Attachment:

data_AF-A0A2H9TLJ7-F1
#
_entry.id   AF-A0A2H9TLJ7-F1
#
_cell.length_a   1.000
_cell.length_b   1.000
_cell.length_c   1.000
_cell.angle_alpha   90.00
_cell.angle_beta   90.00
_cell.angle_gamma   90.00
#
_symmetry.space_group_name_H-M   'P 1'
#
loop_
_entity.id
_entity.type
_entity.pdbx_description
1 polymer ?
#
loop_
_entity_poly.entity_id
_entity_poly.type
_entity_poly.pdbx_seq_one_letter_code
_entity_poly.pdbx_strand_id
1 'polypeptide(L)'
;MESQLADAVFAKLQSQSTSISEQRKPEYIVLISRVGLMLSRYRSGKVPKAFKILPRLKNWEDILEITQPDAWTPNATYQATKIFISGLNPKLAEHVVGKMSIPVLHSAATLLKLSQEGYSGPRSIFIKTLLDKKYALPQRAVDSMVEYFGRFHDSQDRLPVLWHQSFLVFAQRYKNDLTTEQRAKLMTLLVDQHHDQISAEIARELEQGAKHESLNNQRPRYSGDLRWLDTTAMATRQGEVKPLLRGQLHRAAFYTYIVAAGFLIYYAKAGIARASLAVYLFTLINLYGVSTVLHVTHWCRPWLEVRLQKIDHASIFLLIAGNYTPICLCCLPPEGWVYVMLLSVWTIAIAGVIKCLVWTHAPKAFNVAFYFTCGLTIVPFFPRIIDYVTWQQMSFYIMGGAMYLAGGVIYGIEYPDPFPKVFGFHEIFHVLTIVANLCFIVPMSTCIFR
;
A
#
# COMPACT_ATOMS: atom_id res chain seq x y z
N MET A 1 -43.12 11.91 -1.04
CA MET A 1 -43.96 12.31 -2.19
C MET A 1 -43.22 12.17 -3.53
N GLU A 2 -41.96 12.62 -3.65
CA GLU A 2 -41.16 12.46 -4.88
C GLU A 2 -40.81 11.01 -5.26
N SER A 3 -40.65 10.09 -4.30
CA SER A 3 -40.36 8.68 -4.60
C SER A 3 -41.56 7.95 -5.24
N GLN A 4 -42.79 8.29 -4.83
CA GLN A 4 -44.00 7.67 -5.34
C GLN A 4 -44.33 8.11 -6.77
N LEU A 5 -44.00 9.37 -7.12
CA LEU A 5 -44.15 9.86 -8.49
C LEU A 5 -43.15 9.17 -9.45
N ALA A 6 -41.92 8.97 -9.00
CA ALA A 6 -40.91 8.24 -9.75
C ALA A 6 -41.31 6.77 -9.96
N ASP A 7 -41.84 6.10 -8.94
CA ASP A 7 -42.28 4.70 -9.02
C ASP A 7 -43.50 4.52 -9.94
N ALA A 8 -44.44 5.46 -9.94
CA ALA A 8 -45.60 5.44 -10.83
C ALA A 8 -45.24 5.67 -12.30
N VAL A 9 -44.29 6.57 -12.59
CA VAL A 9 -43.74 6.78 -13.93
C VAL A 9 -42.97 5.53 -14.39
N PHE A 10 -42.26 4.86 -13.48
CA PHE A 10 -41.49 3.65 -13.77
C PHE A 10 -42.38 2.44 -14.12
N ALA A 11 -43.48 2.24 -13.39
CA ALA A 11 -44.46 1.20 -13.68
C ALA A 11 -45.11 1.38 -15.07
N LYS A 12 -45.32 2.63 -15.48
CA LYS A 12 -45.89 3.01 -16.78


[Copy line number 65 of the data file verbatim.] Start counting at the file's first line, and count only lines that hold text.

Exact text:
CA LYS A 12 -45.89 3.01 -16.78